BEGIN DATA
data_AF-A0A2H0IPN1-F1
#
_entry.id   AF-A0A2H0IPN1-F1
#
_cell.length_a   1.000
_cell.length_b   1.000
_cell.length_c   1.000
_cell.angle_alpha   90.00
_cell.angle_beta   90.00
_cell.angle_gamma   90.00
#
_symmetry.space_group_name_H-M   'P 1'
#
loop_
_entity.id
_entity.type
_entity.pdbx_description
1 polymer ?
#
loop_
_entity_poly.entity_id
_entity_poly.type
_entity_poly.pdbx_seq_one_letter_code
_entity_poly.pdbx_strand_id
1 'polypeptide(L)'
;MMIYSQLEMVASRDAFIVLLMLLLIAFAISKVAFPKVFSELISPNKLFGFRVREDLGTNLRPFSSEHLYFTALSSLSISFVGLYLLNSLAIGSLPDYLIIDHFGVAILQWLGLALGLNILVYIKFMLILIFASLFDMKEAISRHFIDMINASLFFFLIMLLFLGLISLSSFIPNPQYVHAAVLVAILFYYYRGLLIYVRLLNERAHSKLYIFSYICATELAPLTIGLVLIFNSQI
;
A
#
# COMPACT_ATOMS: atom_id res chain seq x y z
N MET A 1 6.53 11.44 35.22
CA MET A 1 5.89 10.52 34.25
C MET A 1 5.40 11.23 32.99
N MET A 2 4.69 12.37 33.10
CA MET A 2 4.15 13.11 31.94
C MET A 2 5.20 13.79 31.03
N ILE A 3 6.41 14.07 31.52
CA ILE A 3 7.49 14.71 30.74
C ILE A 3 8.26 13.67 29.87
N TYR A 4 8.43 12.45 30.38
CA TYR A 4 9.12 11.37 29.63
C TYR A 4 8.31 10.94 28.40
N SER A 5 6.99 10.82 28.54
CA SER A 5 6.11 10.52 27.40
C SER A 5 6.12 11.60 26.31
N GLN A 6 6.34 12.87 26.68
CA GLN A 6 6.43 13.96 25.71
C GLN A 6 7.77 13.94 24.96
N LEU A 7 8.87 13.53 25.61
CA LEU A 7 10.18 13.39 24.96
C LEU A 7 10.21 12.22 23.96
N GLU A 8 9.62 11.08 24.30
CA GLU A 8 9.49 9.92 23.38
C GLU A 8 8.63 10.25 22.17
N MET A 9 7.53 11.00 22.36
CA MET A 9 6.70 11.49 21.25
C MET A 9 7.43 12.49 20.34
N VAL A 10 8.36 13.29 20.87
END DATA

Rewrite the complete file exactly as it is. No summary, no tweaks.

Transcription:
data_AF-A0A2H0IPN1-F1
#
_entry.id   AF-A0A2H0IPN1-F1
#
_cell.length_a   1.000
_cell.length_b   1.000
_cell.length_c   1.000
_cell.angle_alpha   90.00
_cell.angle_beta   90.00
_cell.angle_gamma   90.00
#
_symmetry.space_group_name_H-M   'P 1'
#
loop_
_entity.id
_entity.type
_entity.pdbx_description
1 polymer ?
#
loop_
_entity_poly.entity_id
_entity_poly.type
_entity_poly.pdbx_seq_one_letter_code
_entity_poly.pdbx_strand_id
1 'polypeptide(L)'
;MMIYSQLEMVASRDAFIVLLMLLLIAFAISKVAFPKVFSELISPNKLFGFRVREDLGTNLRPFSSEHLYFTALSSLSISFVGLYLLNSLAIGSLPDYLIIDHFGVAILQWLGLALGLNILVYIKFMLILIFASLFDMKEAISRHFIDMINASLFFFLIMLLFLGLISLSSFIPNPQYVHAAVLVAILFYYYRGLLIYVRLLNERAHSKLYIFSYICATELAPLTIGLVLIFNSQI
;
A
#
# COMPACT_ATOMS: atom_id res chain seq x y z
N MET A 1 6.53 11.44 35.22
CA MET A 1 5.89 10.52 34.25
C MET A 1 5.40 11.23 32.99
N MET A 2 4.69 12.37 33.10
CA MET A 2 4.15 13.11 31.94
C MET A 2 5.20 13.79 31.03
N ILE A 3 6.41 14.07 31.52
CA ILE A 3 7.49 14.71 30.74
C ILE A 3 8.26 13.67 29.87
N TYR A 4 8.43 12.45 30.38
CA TYR A 4 9.12 11.37 29.63
C TYR A 4 8.31 10.94 28.40
N SER A 5 6.99 10.82 28.54
CA SER A 5 6.11 10.52 27.40
C SER A 5 6.12 11.60 26.31
N GLN A 6 6.34 12.87 26.68
CA GLN A 6 6.43 13.96 25.71
C GLN A 6 7.77 13.94 24.96
N LEU A 7 8.87 13.53 25.61
CA LEU A 7 10.18 13.39 24.96
C LEU A 7 10.21 12.22 23.96
N GLU A 8 9.62 11.08 24.30
CA GLU A 8 9.49 9.92 23.38
C GLU A 8 8.63 10.25 22.17
N MET A 9 7.53 11.00 22.36
CA MET A 9 6.70 11.49 21.25
C MET A 9 7.43 12.49 20.34
N VAL A 10 8.36 13.29 20.87